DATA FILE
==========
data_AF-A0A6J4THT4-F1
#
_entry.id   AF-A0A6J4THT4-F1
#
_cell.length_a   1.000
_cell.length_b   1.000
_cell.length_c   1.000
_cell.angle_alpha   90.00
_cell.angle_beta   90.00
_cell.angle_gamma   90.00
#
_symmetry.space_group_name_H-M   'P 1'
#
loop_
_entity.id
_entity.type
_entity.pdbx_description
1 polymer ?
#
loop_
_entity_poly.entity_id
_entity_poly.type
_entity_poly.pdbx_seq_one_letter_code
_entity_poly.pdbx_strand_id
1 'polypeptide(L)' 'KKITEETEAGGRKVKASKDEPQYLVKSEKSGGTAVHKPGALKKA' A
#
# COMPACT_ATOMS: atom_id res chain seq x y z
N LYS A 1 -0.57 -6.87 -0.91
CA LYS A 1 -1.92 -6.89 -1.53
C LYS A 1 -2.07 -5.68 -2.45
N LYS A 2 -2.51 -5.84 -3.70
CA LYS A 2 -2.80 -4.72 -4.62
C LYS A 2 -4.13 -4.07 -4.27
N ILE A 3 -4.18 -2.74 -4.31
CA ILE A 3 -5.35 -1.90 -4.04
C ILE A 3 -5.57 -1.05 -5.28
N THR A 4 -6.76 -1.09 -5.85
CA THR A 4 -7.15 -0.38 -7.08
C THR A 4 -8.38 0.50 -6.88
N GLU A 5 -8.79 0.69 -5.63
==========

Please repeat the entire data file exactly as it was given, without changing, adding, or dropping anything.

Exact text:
data_AF-A0A6J4THT4-F1
#
_entry.id   AF-A0A6J4THT4-F1
#
_cell.length_a   1.000
_cell.length_b   1.000
_cell.length_c   1.000
_cell.angle_alpha   90.00
_cell.angle_beta   90.00
_cell.angle_gamma   90.00
#
_symmetry.space_group_name_H-M   'P 1'
#
loop_
_entity.id
_entity.type
_entity.pdbx_description
1 polymer ?
#
loop_
_entity_poly.entity_id
_entity_poly.type
_entity_poly.pdbx_seq_one_letter_code
_entity_poly.pdbx_strand_id
1 'polypeptide(L)' 'KKITEETEAGGRKVKASKDEPQYLVKSEKSGGTAVHKPGALKKA' A
#
# COMPACT_ATOMS: atom_id res chain seq x y z
N LYS A 1 -0.57 -6.87 -0.91
CA LYS A 1 -1.92 -6.89 -1.53
C LYS A 1 -2.07 -5.68 -2.45
N LYS A 2 -2.51 -5.84 -3.70
CA LYS A 2 -2.80 -4.72 -4.62
C LYS A 2 -4.13 -4.07 -4.27
N ILE A 3 -4.18 -2.74 -4.31
CA ILE A 3 -5.35 -1.90 -4.04
C ILE A 3 -5.57 -1.05 -5.28
N THR A 4 -6.76 -1.09 -5.85
CA THR A 4 -7.15 -0.38 -7.08
C THR A 4 -8.38 0.50 -6.88
N GLU A 5 -8.79 0.69 -5.63